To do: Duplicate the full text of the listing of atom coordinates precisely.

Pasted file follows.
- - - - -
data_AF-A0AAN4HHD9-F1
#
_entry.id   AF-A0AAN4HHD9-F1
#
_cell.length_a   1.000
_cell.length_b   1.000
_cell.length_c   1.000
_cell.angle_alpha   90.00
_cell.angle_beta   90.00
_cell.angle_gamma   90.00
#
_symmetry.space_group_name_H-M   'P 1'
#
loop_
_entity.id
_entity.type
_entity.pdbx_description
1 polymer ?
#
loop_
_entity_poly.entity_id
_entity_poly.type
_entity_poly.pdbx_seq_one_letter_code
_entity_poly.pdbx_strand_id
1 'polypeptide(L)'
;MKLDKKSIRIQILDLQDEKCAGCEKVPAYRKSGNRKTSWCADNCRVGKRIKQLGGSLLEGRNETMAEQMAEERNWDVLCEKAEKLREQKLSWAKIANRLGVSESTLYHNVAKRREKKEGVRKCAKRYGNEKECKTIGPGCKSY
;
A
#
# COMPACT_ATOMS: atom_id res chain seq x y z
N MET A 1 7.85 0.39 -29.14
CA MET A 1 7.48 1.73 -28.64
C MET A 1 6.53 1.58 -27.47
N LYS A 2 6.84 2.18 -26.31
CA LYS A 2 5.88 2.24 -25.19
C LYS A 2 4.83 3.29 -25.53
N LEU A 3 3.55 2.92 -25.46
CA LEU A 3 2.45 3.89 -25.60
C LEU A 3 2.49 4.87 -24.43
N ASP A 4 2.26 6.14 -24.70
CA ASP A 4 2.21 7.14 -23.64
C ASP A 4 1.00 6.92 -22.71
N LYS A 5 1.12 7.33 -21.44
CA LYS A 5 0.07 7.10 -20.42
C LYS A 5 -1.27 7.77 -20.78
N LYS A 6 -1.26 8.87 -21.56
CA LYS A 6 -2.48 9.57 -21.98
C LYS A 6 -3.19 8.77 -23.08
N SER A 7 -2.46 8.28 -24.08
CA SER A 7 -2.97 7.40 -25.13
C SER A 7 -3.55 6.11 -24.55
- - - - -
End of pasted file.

data_AF-A0AAN4HHD9-F1
#
_entry.id   AF-A0AAN4HHD9-F1
#
_cell.length_a   1.000
_cell.length_b   1.000
_cell.length_c   1.000
_cell.angle_alpha   90.00
_cell.angle_beta   90.00
_cell.angle_gamma   90.00
#
_symmetry.space_group_name_H-M   'P 1'
#
loop_
_entity.id
_entity.type
_entity.pdbx_description
1 polymer ?
#
loop_
_entity_poly.entity_id
_entity_poly.type
_entity_poly.pdbx_seq_one_letter_code
_entity_poly.pdbx_strand_id
1 'polypeptide(L)'
;MKLDKKSIRIQILDLQDEKCAGCEKVPAYRKSGNRKTSWCADNCRVGKRIKQLGGSLLEGRNETMAEQMAEERNWDVLCEKAEKLREQKLSWAKIANRLGVSESTLYHNVAKRREKKEGVRKCAKRYGNEKECKTIGPGCKSY
;
A
#
# COMPACT_ATOMS: atom_id res chain seq x y z
N MET A 1 7.85 0.39 -29.14
CA MET A 1 7.48 1.73 -28.64
C MET A 1 6.53 1.58 -27.47
N LYS A 2 6.84 2.18 -26.31
CA LYS A 2 5.88 2.24 -25.19
C LYS A 2 4.83 3.29 -25.53
N LEU A 3 3.55 2.92 -25.46
CA LEU A 3 2.45 3.89 -25.60
C LEU A 3 2.49 4.87 -24.43
N ASP A 4 2.26 6.14 -24.70
CA ASP A 4 2.21 7.14 -23.64
C ASP A 4 1.00 6.92 -22.71
N LYS A 5 1.12 7.33 -21.44
CA LYS A 5 0.07 7.10 -20.42
C LYS A 5 -1.27 7.77 -20.78
N LYS A 6 -1.26 8.87 -21.56
CA LYS A 6 -2.48 9.57 -21.98
C LYS A 6 -3.19 8.77 -23.08
N SER A 7 -2.46 8.28 -24.08
CA SER A 7 -2.97 7.40 -25.13
C SER A 7 -3.55 6.11 -24.55